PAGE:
A NEIGHBORHOOD DISPUTE on the Eastside says a lot about the future of Marquette.
It’s a microcosm of the town’s growing pains.
Here’s what’s happening.
The out-of-state owner of a tiny house on Cedar Street last year submitted plans to more than double the size of the house. What’s been a 1 1/2 story, 1 bedroom, 1 bath home will become a 2 1/2 story, 4 bedroom, 4 bath home with a two car garage. On a lot that’s 50 by 100 feet.
Neighbors, about 15 of them, say it’s too large. It will dominate and overwhelm all the others in this quiet, little neighborhood of modest, little homes.
Dave Stensaas, the city planner and zoning administrator, concedes it may change the look of the immediate neighborhood. “It will be a big house,” he says. “We don’t necessarily want them that big, and I understand that some neighbors will get heartburn from it.”
But here’s the problem: According to Stensaas, the building plans meet the standards of the city’s zoning ordinance. It does not change the “character” of the neighborhood, he says. It’s not a square, blocky building nor is it some weird castle-like structure. It’s just a big house.
That’s what he determined last year, that’s what the Zoning Board of Appeals decided twice, and that’s what Judge Karl Weber ruled in court a couple of weeks ago.
So construction on the home is proceeding, even as the neighbors take the case to an appeals court.
Jim Clark, the spokesman for the group, insists it’s too tall for the neighborhood, too massive, and covers too much of the tiny property. By his calculations, the house and the concrete comprise 82% of the property. That’s not much green space on a medium density, single family residential lot.
Stensaas disputes the 82% figure but admits this lot won’t have much space for gardens or grass. The average home, he calculates, is more like 45% building and concrete, and 55% green space.
He further points out that the owner and architect have made changes in the building plans to ease some of the concerns of the neighbors.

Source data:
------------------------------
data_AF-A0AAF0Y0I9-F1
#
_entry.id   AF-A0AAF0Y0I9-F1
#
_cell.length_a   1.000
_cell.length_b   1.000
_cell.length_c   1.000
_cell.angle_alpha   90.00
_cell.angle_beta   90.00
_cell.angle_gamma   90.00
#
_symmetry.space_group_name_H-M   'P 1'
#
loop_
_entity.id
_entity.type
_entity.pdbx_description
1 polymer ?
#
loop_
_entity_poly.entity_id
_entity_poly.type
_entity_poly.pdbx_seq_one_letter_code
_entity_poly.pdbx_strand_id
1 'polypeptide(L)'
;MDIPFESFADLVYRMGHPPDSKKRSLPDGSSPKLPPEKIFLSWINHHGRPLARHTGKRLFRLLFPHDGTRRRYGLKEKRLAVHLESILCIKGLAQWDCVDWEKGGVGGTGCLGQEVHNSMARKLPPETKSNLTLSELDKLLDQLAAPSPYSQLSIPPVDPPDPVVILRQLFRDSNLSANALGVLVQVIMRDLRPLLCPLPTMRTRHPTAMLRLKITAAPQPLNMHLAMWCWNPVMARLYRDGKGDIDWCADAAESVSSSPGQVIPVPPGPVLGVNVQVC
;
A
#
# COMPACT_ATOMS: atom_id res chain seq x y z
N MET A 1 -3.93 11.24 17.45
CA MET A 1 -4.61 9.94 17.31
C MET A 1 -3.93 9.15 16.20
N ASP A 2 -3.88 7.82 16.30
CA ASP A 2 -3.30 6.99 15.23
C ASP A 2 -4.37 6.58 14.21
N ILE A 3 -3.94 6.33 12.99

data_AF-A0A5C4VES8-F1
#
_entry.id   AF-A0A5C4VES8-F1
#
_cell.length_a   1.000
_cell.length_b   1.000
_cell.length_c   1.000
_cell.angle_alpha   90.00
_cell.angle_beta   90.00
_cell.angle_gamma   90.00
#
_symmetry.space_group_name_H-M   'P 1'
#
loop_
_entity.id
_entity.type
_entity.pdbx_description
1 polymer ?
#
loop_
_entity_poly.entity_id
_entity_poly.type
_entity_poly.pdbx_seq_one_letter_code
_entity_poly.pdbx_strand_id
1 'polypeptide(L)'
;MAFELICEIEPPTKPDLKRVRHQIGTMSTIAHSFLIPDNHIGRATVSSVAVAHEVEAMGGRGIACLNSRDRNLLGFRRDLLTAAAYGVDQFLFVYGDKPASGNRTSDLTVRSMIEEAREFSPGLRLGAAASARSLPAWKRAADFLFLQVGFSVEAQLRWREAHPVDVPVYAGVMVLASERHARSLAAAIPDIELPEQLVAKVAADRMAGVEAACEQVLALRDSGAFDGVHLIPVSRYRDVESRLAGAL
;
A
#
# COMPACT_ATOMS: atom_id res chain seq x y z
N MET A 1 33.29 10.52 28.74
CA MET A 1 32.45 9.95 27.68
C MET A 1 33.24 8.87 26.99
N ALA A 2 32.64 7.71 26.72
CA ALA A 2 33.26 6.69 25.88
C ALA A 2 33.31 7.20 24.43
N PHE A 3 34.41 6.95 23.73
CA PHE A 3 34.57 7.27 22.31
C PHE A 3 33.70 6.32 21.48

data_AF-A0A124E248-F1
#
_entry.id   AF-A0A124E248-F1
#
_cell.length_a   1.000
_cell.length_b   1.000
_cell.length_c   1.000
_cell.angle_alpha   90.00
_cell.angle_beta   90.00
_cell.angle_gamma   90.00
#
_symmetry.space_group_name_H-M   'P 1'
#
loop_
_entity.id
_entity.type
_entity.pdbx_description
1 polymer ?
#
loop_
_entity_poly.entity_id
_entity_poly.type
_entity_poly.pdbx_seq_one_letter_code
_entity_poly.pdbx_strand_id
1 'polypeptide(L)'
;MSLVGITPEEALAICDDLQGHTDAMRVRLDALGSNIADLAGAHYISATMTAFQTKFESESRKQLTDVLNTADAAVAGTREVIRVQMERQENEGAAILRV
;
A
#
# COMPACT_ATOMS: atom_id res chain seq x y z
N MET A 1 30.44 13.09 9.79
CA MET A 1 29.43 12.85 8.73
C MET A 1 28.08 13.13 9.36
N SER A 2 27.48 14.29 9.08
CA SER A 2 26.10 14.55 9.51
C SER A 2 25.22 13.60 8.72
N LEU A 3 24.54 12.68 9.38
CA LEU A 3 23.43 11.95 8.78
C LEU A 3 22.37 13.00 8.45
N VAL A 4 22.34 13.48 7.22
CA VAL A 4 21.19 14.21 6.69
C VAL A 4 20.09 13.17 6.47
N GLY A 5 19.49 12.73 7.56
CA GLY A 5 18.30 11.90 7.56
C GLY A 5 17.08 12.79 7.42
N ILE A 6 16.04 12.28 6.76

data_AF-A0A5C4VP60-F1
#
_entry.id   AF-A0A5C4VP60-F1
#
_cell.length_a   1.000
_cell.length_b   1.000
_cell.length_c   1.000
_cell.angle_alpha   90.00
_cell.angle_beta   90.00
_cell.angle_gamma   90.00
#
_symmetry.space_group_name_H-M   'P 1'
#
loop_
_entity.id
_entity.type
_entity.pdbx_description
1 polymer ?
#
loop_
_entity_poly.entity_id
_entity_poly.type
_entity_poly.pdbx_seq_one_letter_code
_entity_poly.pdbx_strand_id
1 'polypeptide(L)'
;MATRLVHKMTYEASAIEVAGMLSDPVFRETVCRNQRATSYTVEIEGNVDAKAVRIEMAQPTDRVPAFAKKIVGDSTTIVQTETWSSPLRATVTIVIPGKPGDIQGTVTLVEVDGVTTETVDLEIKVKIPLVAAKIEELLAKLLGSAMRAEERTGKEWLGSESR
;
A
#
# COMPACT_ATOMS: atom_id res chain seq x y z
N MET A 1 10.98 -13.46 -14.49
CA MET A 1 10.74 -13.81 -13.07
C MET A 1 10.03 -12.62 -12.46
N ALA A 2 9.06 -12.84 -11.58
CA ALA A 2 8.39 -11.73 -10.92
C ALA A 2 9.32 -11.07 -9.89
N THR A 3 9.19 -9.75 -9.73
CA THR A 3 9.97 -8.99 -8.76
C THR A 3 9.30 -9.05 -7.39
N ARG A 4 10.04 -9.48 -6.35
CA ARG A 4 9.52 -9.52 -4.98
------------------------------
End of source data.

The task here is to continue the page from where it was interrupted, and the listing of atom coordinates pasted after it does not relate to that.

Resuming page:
But clearly not enough changes. Clark says this new building and the shadow it casts will forever change this idyllic little neighborhood.
Attempts to contact the architect and the owner of the house have not been successful.
A final observation by Stensaas: Towns change, people change in the way they live and in their preferences for the homes they build.
We see it in the neighborhoods, we see it on the shoreline as people discover Marquette and money pours in. We’re a city in transition, for better or worse.
NOW TO A change that nobody’s complaining about.
Valle’s grocery store on Third Street is undergoing a major facelift. New siding, new paint, new signs on the outside walls.
It’s long overdue, according to owner Mike Valle. He’s owned the store for a decade and saw that the outside of the building was starting to deteriorate.
It needed modernizing, he says. The new look will be sand-colored with blue trim.
It all should be completed within a couple of weeks, weather permitting. Valle’s hoping the new look will help boost sales, along with some other ideas for the inside of the store that he’ll disclose later in the year.
THE NEWS DOESN’T look as good at Fat Boyz Bar and Grill in Trowbridge Park.
It closed down a week ago. Employees suddenly found themselves without a job.
The reason? Well, this is the sign you’ll find on the front door of the bar:
“Will be closed due to Liquor License Mixup. See you soon.”
How soon? And exactly what was the problem?
We haven’t been able to get any answers. The phone number listed for Fat Boyz has been disconnected.
THE WORD IS starting to spread.
Marquette County is home to likely the toughest, most torturous bike and running race in the nation. The Marji Gesick 100. One hundred miles of rugged trails. Rocks. Roots. Extreme climbing. Guaranteed falls. Guaranteed dropouts by superbly well-conditioned athletes.
The race started a couple of years ago, very low profile, but last year attracted more than 500 masochists. This September, probably more will join in on the “fun,” as the word gets out, thanks to Travel Marquette and the 906 Adventure Team.
And thanks, especially to Aaron Peterson, a local, talented filmmaker who’s just come up with this compelling promotional video for the Marji Gesick.
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